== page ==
The denials and vilification of SSF came thick and fast and the paper came under fire for running scurrilous and unsubstantiated material but when it emerged that Herr Holtz had, in fact, turned out to be guilty as alleged, the paper knew it was onto a winner and wanted more.


‘Chessa’s not coping, Nikki.’


‘And you think there’s something going on with her and me – she saw it too but she’s too far into her problems to worry about that. So best I tell you.’

‘I’m listening.’

‘Jacques is tired of her or else he needs variety or else many things – the bottom line is that their relationship is not 100%. Now you know her better than me so tell me where her eyes are.’

She was way ahead of him. ‘That can’t be – it’s wrong for a start with Thierry. I’ve known it for a long time and he doesn’t set her straight. I’ve spoken to him but he thinks I’m interfering.’

‘There’s nothing …er … like that with him … is there?’

She did ponder. ‘I don’t know, it’s just that they’ve been thrown together for so long … and Hugh – you’re not father confessor to young girls, you’re my man.’

‘Then who is confessor in this case? You know she can’t approach you on this, nor Thierry, Genie would not understand.’

‘I hear all this, Hugh, I hear it, but no – not with Chessa, not with her. She possibly does have this issue but she’s always had issues and agendas when it’s suited her and she’s like a tigress who has tasted human blood. She has a taste for men of maturity and if she finds one who listens, all the better. Will you trust me on this and not think it’s just my jealousy?’

‘You know her better than anyone.’

‘Think why she has no friends her own age, think why she can come up to a man of your age and play the coquette. What does she do when we’re all solving the problems of the world? She observes, thinks of an idea, hatches her plan and puts it into operation. She has Thierry around her little finger.’

‘You don’t like her.’

‘I know girls, Bebe. Chessa and I have never had an argument because I’ve meant freedom for her when I visit – her one criticism is that I only visit three times a year. It’s not dislike, it’s that I know her. You and Emma worry me but you and Chessa are never going to begin, for many reasons.’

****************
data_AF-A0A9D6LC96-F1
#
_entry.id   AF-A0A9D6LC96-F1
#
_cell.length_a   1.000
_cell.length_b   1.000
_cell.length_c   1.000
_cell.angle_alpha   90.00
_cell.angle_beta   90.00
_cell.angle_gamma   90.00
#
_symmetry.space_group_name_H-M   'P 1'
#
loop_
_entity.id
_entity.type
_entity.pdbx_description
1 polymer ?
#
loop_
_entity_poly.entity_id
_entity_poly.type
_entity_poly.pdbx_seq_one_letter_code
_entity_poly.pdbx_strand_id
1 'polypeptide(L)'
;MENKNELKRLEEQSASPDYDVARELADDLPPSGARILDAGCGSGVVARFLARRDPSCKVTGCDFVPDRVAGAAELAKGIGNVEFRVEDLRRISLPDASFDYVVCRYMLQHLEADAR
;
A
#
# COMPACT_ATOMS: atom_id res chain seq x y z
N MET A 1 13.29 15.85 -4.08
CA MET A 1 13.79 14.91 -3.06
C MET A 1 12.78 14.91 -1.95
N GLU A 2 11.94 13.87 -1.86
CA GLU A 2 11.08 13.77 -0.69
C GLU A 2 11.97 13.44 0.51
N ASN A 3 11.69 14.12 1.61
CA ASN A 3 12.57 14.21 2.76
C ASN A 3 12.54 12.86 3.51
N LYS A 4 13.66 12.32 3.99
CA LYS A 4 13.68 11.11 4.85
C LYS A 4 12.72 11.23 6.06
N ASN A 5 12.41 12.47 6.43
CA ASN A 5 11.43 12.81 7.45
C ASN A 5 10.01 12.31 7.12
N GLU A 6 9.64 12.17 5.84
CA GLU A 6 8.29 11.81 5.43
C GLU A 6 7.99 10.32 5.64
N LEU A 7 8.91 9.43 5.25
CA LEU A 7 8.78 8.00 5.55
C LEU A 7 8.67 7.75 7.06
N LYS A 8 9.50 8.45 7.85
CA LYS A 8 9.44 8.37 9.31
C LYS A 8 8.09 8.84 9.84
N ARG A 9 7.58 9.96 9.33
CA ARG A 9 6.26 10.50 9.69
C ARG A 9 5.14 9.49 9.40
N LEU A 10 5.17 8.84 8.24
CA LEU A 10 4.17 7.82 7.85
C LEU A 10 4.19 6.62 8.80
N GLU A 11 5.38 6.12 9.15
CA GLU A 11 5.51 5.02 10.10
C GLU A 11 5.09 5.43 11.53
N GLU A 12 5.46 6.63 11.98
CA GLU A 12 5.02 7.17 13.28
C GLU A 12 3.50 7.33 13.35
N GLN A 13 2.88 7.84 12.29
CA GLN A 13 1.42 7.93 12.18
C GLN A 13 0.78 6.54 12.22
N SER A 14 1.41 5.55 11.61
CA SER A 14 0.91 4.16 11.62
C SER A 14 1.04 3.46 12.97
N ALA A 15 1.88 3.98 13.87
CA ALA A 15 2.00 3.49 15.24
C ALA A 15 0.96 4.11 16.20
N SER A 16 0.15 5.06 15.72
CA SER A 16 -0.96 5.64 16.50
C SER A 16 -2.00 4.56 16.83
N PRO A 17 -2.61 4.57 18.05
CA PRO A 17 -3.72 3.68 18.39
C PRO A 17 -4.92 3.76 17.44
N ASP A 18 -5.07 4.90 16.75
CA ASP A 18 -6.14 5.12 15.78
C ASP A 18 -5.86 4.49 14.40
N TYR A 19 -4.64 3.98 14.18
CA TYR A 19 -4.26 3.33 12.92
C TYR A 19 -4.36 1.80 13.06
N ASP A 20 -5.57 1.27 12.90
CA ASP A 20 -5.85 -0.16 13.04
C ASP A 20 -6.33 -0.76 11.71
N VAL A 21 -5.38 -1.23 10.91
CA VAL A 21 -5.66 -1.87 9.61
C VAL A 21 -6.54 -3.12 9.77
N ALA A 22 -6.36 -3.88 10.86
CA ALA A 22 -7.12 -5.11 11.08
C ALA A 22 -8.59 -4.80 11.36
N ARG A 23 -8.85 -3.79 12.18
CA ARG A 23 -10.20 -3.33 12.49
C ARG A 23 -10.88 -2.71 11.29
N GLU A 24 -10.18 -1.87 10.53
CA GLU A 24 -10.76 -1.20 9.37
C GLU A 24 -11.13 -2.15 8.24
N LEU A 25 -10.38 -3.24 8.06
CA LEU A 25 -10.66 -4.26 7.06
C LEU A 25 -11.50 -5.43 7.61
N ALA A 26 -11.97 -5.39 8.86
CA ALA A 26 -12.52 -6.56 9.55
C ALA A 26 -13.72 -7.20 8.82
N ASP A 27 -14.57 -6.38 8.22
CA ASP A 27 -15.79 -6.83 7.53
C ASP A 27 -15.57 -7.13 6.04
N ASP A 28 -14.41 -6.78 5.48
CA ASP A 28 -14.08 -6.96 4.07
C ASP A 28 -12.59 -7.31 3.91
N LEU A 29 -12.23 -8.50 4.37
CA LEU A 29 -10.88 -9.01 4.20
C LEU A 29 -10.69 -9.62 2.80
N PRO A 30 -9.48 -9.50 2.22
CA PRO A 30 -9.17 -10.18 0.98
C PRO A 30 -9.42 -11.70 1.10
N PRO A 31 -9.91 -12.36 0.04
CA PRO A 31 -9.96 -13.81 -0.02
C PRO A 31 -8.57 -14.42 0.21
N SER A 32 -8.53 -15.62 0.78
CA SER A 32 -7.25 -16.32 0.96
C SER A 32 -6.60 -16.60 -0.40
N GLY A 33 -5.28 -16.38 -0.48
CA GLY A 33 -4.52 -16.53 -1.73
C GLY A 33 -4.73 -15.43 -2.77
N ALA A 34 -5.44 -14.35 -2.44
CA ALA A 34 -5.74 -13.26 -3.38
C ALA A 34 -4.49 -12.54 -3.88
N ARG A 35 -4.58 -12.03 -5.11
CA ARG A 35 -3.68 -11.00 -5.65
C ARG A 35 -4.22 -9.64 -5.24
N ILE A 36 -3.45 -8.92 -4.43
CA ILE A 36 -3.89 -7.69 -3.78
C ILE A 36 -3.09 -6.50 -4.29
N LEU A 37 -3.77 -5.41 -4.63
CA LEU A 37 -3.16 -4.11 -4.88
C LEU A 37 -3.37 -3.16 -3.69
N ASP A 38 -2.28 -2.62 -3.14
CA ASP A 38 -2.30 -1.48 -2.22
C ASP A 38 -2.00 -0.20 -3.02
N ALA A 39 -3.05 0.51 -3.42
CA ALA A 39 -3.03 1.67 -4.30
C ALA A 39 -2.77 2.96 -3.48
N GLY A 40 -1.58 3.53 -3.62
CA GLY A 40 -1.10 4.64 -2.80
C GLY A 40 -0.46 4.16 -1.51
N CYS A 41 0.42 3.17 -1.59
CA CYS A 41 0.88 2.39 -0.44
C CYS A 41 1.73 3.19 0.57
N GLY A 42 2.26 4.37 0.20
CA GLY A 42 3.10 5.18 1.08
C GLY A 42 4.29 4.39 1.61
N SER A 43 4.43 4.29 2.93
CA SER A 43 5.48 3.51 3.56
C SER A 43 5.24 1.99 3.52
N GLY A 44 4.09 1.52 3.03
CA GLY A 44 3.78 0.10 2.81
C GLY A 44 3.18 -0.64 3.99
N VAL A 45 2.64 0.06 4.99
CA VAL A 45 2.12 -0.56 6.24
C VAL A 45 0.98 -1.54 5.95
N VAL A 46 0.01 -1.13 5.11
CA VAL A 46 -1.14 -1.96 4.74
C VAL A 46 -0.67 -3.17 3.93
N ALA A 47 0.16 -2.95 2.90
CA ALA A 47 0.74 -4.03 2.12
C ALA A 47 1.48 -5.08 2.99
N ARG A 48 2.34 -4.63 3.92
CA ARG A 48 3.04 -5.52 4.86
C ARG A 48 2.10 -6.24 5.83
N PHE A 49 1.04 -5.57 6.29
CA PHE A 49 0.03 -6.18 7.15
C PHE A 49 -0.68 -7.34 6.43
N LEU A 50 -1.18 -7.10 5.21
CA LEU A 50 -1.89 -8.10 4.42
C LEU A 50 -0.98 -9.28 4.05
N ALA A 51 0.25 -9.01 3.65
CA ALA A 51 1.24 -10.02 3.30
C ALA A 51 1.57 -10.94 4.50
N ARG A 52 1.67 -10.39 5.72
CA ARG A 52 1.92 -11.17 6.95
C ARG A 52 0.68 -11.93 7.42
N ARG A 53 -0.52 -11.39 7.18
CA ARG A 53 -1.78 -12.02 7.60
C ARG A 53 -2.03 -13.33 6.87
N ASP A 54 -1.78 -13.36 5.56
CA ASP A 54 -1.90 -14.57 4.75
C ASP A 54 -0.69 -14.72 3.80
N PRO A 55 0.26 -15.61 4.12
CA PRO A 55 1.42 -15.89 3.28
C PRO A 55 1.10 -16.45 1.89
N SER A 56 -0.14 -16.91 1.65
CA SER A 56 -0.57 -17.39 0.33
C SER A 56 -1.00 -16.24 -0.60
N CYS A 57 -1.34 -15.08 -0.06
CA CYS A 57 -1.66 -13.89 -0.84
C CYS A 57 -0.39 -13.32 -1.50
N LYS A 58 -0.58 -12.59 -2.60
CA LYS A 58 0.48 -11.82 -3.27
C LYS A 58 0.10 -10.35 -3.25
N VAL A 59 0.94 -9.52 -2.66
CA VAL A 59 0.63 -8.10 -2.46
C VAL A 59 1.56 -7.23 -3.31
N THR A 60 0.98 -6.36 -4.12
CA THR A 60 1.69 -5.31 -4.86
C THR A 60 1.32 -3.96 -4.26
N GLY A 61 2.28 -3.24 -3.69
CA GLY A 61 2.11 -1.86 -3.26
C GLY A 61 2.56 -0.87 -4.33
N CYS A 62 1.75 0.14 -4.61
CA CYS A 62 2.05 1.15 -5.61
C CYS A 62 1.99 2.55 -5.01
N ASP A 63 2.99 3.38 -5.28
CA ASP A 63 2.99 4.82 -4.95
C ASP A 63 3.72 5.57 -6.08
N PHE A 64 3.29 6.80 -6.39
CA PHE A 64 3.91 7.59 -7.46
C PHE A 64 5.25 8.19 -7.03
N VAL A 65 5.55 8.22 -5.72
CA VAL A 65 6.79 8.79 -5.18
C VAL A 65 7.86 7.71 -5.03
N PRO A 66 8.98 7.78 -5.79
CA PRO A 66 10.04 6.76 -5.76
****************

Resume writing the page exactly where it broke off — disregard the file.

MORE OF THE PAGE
‘I’ve no thoughts in that direction.’

‘Good, then that makes it easier. I’ll speak with Jacques and no, don’t even start to think that.’

‘I’ve no thoughts in that direction,’ he repeated.

She was about to repeat, ‘Good, then that makes it easier,’ but thought better of it.


Geneviève lay in bed, Thierry side on to her, listening. ‘Thierry, I’m frightened, frightened it’s me who is doing this.’

‘Unless you get away from me when I’m not looking –’

‘I have many opportunities when you’re not in the communications room, when you’re in the shower. Many opportunities.’

‘But why would you? The Section is you.’

‘Yes but if I am being paid big money to play this charade, to finish the Section without anyone suspecting why – then there would be a point. Maybe now we’re no longer operating in Paris, the paymaster wants to end it.’

‘Yes but the person doing this is also the person who let Melanie be killed. Nothing in our sessions indicates anything like that with you.’

She squeezed his hand and mouthed, ‘Merci.’


March 2007

Of course, they had their own way of puzzling the enemy too.

Firstly, it gradually became clear that Section Sophie-Fleury was intent on exposing corrupt 2nd or 3rd echelon officials but never ever went higher to the real power.

With each allegation, accompanied by huge press interest, a pattern emerged. SSF had taken to exposing five officials at any one time.

The first two names would always instantly check out and in many cases were known to be corrupt but the other three were difficult to believe. Then, in any set of five allegations, one of the other three names on the list did check out and suddenly the papers were speaking of the veracity of ALL the allegations. To employ the vernacular, ‘it hit the fan’. The public came to believe that ANY name on any list had to, ipso facto, be guilty.

The Club of Trondheim, in its inner sanctum, discussed this curious phenomenon, and came to the conclusion that this ludicrously named Section Sophie-Fleury were playing games with ‘expendables’ and that the Club itself was as safe as houses. It was even suggested that SSF was some mysterious chapter of themselves. Either way, the threat was downgraded and the upper echelons lost interest.

Secondly, SSF also seemed to have a knack of weeding out disinformation planted to discredit them, there was someone inside their own organization and at this time, therefore, it was a game of low returns.

Still, they’d keep the pressure up and throw a few things into the mix along the way, awaiting SSF’s inevitable error.